Chapter

The Judiciary: ‘Quite Untouchable’

Granville Austin

in Working a Democratic Constitution

Published in print July 2003 | ISBN: 9780195656107
Published online October 2012 | e-ISBN: 9780199080397 | DOI: http://dx.doi.org/10.1093/acprof:oso/9780195656107.003.0007
The Judiciary: ‘Quite Untouchable’

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This chapter discusses the judiciary, whose rulings so often led to the amendments. Prime Minister Nehru believed that the independence of the judiciary has been emphasized in the Indian Constitution and people must guard it as something precious. He rejected the idea of a packed court of individuals of the government's ‘own liking for getting decisions in its own favour’. He wanted first-rate judges, not subservient courts. Nevertheless, controversies over how to protect judicial independence soon arose. This discussion examines the beginnings of these controversies, looking at judicial independence, other risks, and other protections. It concludes on issues of delivery of justice that emerged at this time.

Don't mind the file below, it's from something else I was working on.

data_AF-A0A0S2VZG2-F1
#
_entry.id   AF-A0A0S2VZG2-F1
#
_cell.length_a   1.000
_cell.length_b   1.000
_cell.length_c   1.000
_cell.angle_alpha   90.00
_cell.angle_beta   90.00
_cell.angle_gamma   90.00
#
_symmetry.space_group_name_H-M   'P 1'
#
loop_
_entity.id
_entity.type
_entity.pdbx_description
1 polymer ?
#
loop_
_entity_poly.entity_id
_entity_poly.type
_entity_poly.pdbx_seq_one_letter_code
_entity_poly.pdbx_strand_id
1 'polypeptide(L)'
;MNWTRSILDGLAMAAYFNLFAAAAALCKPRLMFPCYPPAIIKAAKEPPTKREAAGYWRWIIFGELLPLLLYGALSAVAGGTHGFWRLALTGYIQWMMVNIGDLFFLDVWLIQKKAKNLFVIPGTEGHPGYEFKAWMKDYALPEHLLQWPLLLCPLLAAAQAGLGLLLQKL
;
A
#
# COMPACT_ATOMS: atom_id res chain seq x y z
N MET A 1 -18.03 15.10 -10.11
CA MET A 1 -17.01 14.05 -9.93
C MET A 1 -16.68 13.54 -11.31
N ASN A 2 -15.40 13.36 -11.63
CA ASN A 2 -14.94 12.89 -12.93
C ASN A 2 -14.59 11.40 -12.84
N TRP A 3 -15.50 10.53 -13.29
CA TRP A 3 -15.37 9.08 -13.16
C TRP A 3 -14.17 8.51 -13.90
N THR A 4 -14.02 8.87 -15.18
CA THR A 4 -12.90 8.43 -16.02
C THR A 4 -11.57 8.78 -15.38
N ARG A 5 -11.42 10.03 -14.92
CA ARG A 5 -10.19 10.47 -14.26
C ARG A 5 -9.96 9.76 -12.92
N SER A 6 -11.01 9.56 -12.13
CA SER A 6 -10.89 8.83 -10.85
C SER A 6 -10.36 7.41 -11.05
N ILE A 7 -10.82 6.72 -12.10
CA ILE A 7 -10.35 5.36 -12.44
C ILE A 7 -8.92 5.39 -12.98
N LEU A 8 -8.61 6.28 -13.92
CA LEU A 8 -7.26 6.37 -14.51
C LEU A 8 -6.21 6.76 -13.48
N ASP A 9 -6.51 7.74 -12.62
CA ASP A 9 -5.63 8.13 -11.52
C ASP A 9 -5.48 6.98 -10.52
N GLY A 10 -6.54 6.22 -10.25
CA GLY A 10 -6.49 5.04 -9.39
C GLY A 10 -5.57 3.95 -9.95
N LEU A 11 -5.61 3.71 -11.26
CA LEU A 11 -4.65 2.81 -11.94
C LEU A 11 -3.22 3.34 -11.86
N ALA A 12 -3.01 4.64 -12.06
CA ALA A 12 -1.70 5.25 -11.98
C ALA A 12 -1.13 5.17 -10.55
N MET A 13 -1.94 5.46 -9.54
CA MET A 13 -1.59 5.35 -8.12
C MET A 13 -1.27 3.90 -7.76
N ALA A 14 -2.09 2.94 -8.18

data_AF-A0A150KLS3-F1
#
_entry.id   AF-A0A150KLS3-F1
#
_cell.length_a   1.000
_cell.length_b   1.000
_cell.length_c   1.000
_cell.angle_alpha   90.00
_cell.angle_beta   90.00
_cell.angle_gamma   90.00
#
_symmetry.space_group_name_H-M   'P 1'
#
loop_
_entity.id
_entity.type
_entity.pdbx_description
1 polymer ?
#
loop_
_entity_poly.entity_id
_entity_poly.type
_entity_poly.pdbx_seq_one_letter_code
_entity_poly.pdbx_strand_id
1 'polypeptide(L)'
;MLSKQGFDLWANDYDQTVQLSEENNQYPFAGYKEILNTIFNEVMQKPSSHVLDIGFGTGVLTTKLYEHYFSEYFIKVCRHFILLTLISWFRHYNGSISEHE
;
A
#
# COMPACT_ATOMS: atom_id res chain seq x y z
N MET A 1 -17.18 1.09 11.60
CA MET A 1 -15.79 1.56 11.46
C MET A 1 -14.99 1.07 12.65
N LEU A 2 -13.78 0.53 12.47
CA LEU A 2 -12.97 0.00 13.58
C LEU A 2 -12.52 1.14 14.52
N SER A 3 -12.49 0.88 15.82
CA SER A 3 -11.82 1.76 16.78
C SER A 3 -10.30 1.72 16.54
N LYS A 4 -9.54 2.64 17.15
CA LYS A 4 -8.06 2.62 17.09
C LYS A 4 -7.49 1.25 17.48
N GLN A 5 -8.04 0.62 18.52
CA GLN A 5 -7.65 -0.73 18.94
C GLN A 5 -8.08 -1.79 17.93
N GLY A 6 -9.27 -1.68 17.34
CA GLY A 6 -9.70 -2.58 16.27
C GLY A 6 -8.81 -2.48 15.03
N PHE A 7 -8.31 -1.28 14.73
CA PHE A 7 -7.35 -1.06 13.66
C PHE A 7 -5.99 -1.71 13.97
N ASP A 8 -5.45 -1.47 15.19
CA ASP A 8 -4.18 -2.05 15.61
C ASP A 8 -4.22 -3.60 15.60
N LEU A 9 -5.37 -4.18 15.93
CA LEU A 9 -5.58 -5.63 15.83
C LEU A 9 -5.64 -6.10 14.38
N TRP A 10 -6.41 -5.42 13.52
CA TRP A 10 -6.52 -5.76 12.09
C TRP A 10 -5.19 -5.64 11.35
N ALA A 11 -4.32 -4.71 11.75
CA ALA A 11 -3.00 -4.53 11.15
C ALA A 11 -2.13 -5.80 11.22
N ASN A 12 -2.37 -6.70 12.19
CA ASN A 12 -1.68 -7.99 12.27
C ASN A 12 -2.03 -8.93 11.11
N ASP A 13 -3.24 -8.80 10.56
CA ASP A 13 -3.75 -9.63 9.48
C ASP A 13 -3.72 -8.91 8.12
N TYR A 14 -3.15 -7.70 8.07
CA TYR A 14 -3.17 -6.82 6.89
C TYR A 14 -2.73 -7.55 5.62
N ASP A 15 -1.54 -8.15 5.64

Keywords: judicial independence; constitutional amendment; Indian Supreme Court; justice delivery; Indian Constitution

Chapter.  9162 words. 

Subjects: Constitutional and Administrative Law

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